Plato’s Republic and More’s Utopia

Although The Republic was known to scholars during the Middle Ages, the period known as the Renaissance was characterised by a rediscovery and revival (hence the term ‘renaissance’ or ‘rebirth’) of classical antiquity and its model of humanity, based on intelligence, physical courage and moral virtue. Sixteenth-century scholars like More were, indeed, well-versed in Greek and Latin classical authors but their main interest was the study of the Scripture as the key to their theological preoccupations. Thomas More’s Dutch friend, ...

On the sources of political authority

Authority without expressed consent is nothing short of autocratic power or as the Ancients called it, tyranny. On the other hand, to preside over a politically educated, active citizenry is true democracy. If authority is the ultimate justification for exercising power, sovereignty remains the very foundation of its legitimacy. It is in the name of popular sovereignty that revolutions erupted in America, France and Russia. The very moment the legitimacy of a political leader is undermined, authority soon erodes to ...

Parrhesia and the post-truth age

After much discussion, debate, and research, the Oxford Dictionaries Word of the Year 2016 is ‘post-truth’ - and adjective defined as ‘relating to or denoting circumstances in which objective facts are less influential in shaping public opinion than appeals to emotion and personal belief’. Such is the entry to be found on the Oxford Dictionaries website. Socrates would, no doubt, be turning in his grave if he only knew the extent and triumph of the present doxa (or opinion) over truth ...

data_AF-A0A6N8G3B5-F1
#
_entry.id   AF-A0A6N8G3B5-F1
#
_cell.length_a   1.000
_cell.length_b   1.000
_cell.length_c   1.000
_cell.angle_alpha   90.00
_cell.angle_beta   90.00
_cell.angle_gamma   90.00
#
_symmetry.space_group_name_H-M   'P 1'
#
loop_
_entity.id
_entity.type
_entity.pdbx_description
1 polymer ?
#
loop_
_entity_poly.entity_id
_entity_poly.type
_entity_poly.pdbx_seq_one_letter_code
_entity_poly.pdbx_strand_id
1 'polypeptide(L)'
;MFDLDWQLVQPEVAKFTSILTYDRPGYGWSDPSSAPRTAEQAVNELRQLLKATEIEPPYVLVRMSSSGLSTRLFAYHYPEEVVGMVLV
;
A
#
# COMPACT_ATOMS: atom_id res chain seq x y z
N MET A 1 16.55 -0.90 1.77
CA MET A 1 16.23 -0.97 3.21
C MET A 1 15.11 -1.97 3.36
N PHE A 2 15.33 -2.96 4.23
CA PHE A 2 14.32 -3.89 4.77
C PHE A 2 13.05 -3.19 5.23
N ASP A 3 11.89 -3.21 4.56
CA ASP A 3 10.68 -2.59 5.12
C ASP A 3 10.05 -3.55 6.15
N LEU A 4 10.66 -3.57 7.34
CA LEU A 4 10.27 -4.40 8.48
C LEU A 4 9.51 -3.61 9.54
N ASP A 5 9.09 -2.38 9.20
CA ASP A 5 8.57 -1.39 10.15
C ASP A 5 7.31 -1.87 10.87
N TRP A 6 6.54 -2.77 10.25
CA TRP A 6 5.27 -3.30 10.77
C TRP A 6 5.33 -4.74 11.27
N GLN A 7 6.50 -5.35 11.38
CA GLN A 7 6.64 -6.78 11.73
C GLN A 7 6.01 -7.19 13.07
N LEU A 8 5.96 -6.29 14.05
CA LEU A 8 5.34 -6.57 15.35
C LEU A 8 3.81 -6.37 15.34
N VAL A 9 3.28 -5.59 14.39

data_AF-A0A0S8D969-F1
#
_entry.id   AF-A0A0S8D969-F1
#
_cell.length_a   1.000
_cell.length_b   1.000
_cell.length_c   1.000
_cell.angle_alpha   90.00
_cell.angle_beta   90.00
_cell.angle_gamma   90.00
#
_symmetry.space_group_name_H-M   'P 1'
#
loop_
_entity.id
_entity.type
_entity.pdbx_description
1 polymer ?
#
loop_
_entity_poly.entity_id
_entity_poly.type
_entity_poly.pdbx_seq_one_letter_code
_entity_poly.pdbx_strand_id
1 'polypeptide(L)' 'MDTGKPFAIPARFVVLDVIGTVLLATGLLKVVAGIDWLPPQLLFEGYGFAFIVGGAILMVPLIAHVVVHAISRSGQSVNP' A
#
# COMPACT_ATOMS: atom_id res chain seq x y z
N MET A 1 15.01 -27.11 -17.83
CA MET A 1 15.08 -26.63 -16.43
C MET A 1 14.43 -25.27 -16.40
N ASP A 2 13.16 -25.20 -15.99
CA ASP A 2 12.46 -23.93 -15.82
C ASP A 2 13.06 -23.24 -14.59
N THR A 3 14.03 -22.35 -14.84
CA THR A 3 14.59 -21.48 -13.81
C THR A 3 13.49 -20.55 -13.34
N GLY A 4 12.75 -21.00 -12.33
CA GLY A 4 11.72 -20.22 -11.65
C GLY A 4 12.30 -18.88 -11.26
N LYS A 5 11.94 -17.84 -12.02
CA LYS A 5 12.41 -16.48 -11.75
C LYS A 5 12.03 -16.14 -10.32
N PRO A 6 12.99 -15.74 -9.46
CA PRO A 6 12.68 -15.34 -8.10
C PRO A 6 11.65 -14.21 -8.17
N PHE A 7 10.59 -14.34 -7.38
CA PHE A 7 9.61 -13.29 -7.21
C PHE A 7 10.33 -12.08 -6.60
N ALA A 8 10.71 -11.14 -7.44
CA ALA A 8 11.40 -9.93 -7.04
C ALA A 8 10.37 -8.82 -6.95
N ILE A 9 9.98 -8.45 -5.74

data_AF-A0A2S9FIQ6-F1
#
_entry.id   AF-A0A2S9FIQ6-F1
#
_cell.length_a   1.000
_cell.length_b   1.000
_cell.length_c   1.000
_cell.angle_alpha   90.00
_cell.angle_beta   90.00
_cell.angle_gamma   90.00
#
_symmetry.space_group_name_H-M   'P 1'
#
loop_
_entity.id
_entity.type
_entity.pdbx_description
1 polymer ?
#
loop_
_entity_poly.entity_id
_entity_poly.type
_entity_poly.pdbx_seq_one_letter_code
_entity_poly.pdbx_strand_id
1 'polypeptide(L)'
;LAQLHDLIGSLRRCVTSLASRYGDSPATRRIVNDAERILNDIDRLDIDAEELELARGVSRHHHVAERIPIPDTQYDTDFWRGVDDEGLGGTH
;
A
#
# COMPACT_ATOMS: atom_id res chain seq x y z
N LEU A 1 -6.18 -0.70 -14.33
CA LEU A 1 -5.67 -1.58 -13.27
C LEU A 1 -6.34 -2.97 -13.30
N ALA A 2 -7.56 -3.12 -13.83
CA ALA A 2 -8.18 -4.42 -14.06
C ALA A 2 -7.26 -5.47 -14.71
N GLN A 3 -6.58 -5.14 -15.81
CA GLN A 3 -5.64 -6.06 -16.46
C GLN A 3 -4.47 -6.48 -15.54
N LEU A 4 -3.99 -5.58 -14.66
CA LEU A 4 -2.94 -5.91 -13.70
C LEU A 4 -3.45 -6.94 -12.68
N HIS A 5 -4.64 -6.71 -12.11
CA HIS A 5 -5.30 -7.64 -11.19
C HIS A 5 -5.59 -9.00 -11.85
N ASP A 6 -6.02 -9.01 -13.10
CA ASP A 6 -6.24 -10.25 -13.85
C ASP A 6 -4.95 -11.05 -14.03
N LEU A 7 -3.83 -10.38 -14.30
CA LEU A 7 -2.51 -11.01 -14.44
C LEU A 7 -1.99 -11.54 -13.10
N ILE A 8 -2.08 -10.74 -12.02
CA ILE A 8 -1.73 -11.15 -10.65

Plato’s dialectic as the exercise of pure thought

The mathematical sciences studied by the apprentice philosopher in The Republic are only a prelude to the crowning stage of the philosopher’s education, namely, the study of dialectic, leading to the intellectual apprehension of the Form of the Good. Mathematics is, indeed, the indispensable tool if students are to rise above a transient physical world and the partial information they can derive from delusive senses. Through the study of geometry, the mind reaches a conceptual understanding of plane and solid ...

Popular Sovereignty and Representative Democracy

Was Plato right after all when he remarked in ‘The Republic’ that the most aggravated form of tyranny and slavey rises out of the most extreme form of liberty.? For students of this political classic, contemporary events have never been so meaningful as Western democracies are going through a crisis of confidence in their social, political and financial élites. Popular sovereignty is being reclaimed throughout Europe by movements such as Indignados in Spain, Direct Democracy Now! in Greece or Nuit ...

Introspection and Action. Part 1

When asked about the nature and purpose of Philosophy, philosophers often feel embarrassed to have to offer a univocal reply, so multifarious and contrasted are the definitions and uses of their field of enquiry. All the definitions, schools and polemics which have accumulated from the period of the pre-Socratics to the present day, revolve around the inherent dual identity of Philosophy, namely, introspection and action. Classical Philosophy is primarily concerned with what Michel Foucault called ‘the care of the self’, that ...